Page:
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Robyn Paterson - Grandma Marigold's mint tea - 13 November

Grandma Marigold Millar has always been a maker and a doer. She is infamous amongst her family for having once made 365 jars of preserved fruit, to ensure her husband and children had fruit every night of the year! In recent years however she has become better known for her wonderful home-grown teas.

Her granddaughter, Vic, remembers Grandma coming to live with the family. Vic would climb up into her bed and they'd watch TV together, drinking hot chocolate and eating biscuits. On hot summer days Vic would shelter in the shed, and gaze at all the drying tea leaves that Marigold had strung up on a line. Her specialty was mint tea, which the young Vic hated and wouldn't touch. But, now that she's been a grown-up for a few years, Vic has developed quite a taste for it - and Marigold delights in regularly sending her little tins of dried peppermint leaves.

Even if your only garden space is a windowsill, you can grow your own fresh herbal teas. Many of the plants that make good tea grow easily, and are pot friendly.

Mint Tea

Mint tea - peppermint in particular - is Marigold's favourite. Peppermint has all kinds of medicinal values, and has long been used as a natural soother for stomach upsets and indigestion. A hot cup of mint tea is refreshing and calming. You won't have any trouble growing mint, indoors or out. In fact it's better to keep it in pots either way because it grows like a weed in the garden, and can take over if you turn your back for a week or two. Make sure to keep it watered - particularly in the heat of summer - but don't let it get too soggy. Choose from many different kinds of mint, such as spearmint, peppermint, orange mint and chocolate mint. Several varieties (including peppermint) are hybrids, so it's rare to find true seeds. Buy seedlings, or take cuttings from friends' plants.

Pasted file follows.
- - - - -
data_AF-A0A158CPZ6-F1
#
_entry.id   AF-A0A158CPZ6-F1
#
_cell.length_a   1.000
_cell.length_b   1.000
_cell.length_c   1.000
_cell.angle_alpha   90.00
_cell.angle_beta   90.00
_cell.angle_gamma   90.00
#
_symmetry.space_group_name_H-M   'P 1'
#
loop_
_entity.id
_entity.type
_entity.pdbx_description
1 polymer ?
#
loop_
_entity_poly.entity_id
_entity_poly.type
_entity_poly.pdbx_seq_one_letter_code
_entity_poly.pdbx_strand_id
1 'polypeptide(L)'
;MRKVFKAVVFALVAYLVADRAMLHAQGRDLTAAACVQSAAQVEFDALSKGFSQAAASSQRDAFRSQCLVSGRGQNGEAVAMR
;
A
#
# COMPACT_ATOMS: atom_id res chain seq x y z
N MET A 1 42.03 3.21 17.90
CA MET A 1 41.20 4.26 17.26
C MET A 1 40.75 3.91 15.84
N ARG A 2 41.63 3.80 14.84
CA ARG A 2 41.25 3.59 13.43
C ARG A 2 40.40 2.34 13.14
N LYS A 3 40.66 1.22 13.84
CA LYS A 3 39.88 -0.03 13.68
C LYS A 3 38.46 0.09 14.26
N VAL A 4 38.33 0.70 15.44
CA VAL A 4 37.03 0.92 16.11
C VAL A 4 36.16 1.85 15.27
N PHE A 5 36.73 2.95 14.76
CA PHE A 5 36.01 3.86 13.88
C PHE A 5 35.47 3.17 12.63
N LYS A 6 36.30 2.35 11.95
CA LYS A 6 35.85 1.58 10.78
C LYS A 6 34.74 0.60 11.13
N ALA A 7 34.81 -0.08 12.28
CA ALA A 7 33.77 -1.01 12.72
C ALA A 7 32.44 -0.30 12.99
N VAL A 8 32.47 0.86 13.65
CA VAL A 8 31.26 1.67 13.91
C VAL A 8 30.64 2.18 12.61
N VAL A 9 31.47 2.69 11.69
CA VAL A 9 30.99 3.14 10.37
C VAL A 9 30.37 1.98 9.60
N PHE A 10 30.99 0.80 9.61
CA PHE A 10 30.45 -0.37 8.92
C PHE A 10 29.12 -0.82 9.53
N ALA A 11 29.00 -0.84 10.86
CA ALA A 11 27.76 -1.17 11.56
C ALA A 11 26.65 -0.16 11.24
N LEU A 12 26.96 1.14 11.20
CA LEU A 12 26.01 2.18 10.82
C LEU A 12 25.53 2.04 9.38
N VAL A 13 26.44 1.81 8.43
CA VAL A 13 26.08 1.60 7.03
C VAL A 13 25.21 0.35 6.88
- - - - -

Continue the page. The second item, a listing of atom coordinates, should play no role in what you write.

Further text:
To make mint tea: Simply pour boiling water over the crushed, dried leaves, and allow to steep for a maximum of 10 minutes. Strain and serve, sweetening with honey if you wish. Use about 1 tsp leaves per cup of water. You can also use fresh leaves (about 1 Tbsp), but tear and crush them a little first to release the good stuff.

Drying your leaves

There are several ways of doing this. Choose the method that best suits you and your home space. Once dried, herbs can be stored for up to a year in jars or tins. 

On a line: Tie bunches of dried herbs together and hang them upside down on a line (a piece of taut string will do). Find a spot that is dark, warm and dry with good airflow.

In the oven: Spread leaves, flowers or stems onto a sheet of baking paper and place in the oven at the minimum temperature. Leave the oven door slightly open. It will take your herbs a few hours to dry, so this is not a great option for power conservation! Remove herbs when they are completely dry and leave to cool down before storing. 

In the microwave: Spread leaves, flowers or stems onto a paper towel and microwave on low for a minute. Keep doing this, checking every minute, until the herbs are nearly but not quite dry. Leave out overnight to finish off. This method is quick and easy, but may reduce the nutrient content of your tea.

In a dehydrator (if available): A fruit dehydrator will dry the leaves nicely.

With patience: Separate leaves, flowers or stems and spread onto a sheet of baking paper. Store somewhere dark, warm and dry until ready. How long this takes will depend a lot on your local climate.

Marigold says: 'Test your herbs for dryness by rubbing them between your thumb and finger. If they feel brittle and crumbly, they are ready.'